A conversation about aging, architecture, and active-adult fantasies.
How and where will we live as we age, given that we are aging like no other humans have before us? In the United States, the elderly population has grown from three million in 1900 to forty million today; it is projected to double by 2050. Globally, the growth of the elderly population far exceeds that of the population as a whole, auguring an unprecedented social and demographic transformation. As societies grow older and individuals negotiate novel conceptions and experiences of aging, any common understanding of what it means to age is increasingly elusive. From nootropics to canned oxygen to the reduction in the fatality rates from infectious disease, medical and technological advances in life extension and biomechanics are expanding the mental and physical capacities of older people who can afford them; meanwhile, myriad architectural spaces are being built for the aging population, with designs depending as much on physical necessity as aspirational identification and the professional marketing of desires and lifestyles by real estate developers.
For After the Villages, the architect and professor Deane Simpson will draw on his book Young-Old: Urban Utopias of an Aging Society (2015) to speak about the implications of aging for the built environment, and emancipatory and escapist visions of urbanity. Simpson will discuss conditions in various metropolises as well as contemporary retirement communities that serve to shape elderly individuals and collectivities. To Simpson, developments like The Villages—a massive development marketed as “Florida’s Friendliest Hometown”—fulfill a commercial vision of “active-adulthood” while creating a four-fold dystopia of age-segregation, securitization, privatization, and denial of the final phase of life. Simpson will speak about alternative spatial frameworks for aging populations and address challenges inherent in the the orthodoxy of “aging in place.” This discussion is linked to notions of demographic balance—the ideal of the intergenerational city or neighborhood—and the Naturally Occurring Retirement Community.
Simpson will ask how recent debates about the merits of aging in place might change how we think about and inhabit buildings, neighborhoods, and cities. More generally, he’ll speak about the relationship between the realities and representations of aging as they pertain to the social realms in which we make sense of mortality and the economic realms in which we express our desires. He’ll be joined in conversation by Christian González-Rivera, senior researcher at the Center for an Urban Future and author of “The New Face of New York’s Seniors.”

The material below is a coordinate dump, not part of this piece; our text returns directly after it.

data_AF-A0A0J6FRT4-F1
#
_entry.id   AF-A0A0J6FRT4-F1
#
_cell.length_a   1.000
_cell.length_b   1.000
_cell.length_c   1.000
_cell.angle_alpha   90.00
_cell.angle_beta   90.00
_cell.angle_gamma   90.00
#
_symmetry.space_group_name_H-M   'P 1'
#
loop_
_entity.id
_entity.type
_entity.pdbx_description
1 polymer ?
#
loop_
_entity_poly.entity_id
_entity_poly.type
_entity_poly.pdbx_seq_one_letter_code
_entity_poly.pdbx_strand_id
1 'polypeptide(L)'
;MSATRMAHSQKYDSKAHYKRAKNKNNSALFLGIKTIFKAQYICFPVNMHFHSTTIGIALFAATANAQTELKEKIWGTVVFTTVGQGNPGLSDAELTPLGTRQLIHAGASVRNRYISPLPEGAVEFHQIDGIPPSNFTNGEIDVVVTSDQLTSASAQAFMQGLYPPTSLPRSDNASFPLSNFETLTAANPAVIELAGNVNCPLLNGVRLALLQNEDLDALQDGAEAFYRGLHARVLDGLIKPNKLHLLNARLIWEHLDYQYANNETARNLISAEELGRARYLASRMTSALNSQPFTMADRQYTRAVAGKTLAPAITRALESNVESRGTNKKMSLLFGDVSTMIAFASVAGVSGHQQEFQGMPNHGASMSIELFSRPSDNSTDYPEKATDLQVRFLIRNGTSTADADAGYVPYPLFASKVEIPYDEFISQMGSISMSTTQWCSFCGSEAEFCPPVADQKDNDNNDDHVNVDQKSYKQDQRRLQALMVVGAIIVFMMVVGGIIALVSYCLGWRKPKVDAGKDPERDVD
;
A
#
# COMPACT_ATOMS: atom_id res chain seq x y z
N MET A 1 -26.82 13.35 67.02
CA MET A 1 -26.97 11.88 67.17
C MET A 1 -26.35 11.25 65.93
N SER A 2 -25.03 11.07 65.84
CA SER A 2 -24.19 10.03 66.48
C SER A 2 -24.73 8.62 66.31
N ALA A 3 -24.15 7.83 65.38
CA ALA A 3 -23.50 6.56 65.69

Seating is on a first-come, first-served basis. In order to ensure that events are accessible and comfortable, we’ll open the doors at 6:30 p.m. and strictly limit admittance to our legal capacity. Please check Triple Canopy’s Facebook and Twitter accounts for updates, as we’ll indicate if events are sold out.
Triple Canopy’s venue is located at 264 Canal Street, 3W, near several Canal Street subway stations. Our floor is accessible by elevator (63" × 60" car, 31" door) and stairway. Due to the age and other characteristics of the building, our bathrooms are not ADA-accessible, though several such bathrooms are located nearby. If you have specific questions about access, please write at least three days before the event and we will make every effort to accommodate you.
- Deane Simpson is an architect, urbanist, and professor at the Royal Danish Academy of Fine Arts, Copenhagen. He is a former unit master at the Architectural Association, London, professor at BAS Bergen, associate at Diller + Scofidio, New York, and faculty member at the ETH Zürich. His research addresses contemporary urban and architectural phenomena such as the urban implications of demographic transformation, social and environmental sustainability challenges within urban and regional settings, the securitization of the public space, and the spatial conditions that align with the transformation of Scandinavian welfare systems. He is the author of Young-Old: Urban Utopias of an Aging Society (Lars Müller, 2015), and coeditor of The City Between Freedom and Security (Birkhäuser, 2017) and the forthcoming Atlas of the Copenhagens (Ruby Press, 2018).
- Christian González-Rivera is senior researcher at the Center for an Urban Future and author of “The New Face of New York’s Seniors.”